I think Ferri's book is excellent. I wouldn't recommend it for someone's first or only book, because I don't feel it presents everything a new investor needs to know. However, in my opinion it is very well written, very up to date, and delves into some aspects of asset allocation a little more deeply than some. It causes me to really think and go back time and again, perhaps more than some similar books. Bernstein himself wrote the introduction, and among other observations says "All About Asset Allocation will bring you back into the modern era with a comprehensive, yet readable exposition of how to apply to your investment portfolio what seven decades of financial research have taught us about investing."

Ferri covers asset allocation basics, asset class selection, and portfolio management. I would strongly suggest picking up a copy and looking through it yourself, if wandering through B&N. His chapter titles are:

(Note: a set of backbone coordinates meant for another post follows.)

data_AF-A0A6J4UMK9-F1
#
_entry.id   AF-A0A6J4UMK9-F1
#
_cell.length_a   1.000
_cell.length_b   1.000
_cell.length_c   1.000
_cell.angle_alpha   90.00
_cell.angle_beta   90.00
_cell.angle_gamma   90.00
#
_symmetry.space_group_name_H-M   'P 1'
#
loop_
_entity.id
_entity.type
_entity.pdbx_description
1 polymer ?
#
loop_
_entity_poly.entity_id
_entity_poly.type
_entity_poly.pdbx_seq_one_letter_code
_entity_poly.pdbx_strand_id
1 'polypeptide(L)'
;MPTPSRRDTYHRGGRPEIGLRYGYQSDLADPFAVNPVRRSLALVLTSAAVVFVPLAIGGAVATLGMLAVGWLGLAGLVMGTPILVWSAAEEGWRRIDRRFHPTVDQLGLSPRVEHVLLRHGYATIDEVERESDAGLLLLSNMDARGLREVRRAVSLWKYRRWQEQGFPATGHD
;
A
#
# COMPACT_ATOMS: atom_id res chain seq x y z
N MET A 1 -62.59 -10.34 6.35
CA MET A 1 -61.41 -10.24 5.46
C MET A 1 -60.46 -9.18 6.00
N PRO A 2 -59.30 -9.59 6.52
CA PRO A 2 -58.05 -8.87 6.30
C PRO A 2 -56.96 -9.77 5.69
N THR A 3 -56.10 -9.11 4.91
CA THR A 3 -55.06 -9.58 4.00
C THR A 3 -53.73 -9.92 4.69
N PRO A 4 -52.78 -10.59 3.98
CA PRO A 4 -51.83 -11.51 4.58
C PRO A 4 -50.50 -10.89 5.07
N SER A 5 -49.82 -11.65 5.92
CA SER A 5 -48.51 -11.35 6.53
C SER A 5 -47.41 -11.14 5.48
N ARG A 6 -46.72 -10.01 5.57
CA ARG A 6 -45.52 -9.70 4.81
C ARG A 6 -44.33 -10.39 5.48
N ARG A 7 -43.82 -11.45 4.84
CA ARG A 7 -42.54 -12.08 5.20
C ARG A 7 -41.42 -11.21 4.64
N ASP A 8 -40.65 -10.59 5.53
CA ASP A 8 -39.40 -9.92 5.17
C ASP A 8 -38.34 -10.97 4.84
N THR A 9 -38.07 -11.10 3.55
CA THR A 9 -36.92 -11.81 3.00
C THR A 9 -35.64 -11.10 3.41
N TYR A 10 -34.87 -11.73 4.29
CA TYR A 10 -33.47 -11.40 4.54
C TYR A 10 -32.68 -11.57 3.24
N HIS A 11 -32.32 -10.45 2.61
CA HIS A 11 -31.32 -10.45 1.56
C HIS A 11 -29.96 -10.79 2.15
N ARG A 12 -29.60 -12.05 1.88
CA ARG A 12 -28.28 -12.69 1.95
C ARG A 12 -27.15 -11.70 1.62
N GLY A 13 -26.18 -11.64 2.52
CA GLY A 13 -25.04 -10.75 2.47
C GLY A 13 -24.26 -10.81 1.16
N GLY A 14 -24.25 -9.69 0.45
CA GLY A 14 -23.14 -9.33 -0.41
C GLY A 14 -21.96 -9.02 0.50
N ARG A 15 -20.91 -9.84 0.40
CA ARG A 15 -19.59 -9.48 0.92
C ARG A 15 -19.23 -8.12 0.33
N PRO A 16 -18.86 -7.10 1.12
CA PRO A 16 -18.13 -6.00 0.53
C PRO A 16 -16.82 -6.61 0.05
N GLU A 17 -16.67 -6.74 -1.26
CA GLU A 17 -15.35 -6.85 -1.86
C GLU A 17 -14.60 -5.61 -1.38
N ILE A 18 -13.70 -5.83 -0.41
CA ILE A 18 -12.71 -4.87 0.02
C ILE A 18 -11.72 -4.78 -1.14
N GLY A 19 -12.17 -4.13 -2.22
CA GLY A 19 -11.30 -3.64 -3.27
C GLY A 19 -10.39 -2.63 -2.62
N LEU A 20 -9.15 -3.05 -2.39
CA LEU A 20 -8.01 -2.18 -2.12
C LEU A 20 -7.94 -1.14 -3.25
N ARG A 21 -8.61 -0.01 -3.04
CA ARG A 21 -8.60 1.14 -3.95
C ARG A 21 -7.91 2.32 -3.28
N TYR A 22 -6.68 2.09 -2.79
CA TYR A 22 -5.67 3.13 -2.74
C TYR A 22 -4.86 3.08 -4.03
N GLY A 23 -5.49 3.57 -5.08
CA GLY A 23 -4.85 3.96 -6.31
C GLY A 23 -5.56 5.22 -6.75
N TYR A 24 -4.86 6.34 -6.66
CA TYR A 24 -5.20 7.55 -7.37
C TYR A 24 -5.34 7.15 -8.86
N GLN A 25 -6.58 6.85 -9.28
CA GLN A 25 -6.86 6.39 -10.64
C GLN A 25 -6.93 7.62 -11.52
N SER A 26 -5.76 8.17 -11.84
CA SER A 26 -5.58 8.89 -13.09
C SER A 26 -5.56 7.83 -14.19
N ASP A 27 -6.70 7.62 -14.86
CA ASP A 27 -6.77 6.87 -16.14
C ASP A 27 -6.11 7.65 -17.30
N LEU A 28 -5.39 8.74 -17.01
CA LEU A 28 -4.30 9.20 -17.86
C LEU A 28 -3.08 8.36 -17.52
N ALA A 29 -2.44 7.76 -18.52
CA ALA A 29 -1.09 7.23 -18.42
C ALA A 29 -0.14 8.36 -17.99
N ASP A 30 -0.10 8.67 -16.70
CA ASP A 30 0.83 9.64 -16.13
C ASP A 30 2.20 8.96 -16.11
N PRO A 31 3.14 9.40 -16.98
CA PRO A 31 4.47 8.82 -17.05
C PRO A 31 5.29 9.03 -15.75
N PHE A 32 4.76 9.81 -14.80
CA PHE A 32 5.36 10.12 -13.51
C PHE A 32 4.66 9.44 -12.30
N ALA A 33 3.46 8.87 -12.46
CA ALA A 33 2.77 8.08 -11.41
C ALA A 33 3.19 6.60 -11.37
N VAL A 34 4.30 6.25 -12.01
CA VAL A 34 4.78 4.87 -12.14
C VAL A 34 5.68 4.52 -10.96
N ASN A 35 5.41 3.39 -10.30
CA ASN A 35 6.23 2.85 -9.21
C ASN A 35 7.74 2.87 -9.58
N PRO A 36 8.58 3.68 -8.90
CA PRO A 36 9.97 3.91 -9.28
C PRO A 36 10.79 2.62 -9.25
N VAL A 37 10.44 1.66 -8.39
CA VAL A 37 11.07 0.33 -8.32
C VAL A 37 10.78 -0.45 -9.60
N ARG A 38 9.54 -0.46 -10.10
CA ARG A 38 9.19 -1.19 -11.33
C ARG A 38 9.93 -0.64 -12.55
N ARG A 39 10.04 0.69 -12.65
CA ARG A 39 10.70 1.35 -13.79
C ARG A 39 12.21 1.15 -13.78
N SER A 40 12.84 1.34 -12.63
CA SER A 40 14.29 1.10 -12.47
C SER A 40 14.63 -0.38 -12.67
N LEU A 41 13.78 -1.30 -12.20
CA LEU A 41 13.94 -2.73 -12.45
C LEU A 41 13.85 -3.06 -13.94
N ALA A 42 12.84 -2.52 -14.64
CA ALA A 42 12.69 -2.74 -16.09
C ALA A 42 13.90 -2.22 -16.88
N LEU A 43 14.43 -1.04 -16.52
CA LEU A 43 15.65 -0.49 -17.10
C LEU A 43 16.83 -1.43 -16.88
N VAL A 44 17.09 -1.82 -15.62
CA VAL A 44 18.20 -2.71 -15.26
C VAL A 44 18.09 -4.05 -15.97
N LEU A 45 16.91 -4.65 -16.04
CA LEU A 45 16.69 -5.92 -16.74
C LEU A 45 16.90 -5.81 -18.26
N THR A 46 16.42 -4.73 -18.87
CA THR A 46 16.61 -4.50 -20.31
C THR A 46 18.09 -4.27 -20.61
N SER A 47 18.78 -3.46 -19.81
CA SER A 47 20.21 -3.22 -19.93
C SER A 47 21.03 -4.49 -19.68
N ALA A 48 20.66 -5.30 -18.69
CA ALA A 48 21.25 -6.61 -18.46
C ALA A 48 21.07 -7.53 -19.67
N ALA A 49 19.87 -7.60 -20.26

1. Planning for Investment Success
2. Understanding Investment Risk
3. Asset Allocation Explained
4. Multi-Asset-Class Investing
5. A Framework for Investment Selection
6. U.S. Equity Investments
7. International Equity Investments
8. Fixed-Income Investments
9. Real Estate Investments
10. Alternative Investments
11. Realistic Market Expectations
12. Building Your Portfolio
13. How Behavior Affects Asset Allocation Decisions
14. Investment Expenses and Professional Advice
Appendix A: Low-Cost Mutual Fund Providers
Appendix B: Research Web Sites
Appendix C: Recommended Reading
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Old 02-25-2008, 09:30 PM   #18
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Hello everyone,
Thank you so much for the recommended reading. I have ordered a couple of the books to start, from Amazon...(free shipping) and I will be very busy reading.
Thanks again. I really appreciate the help.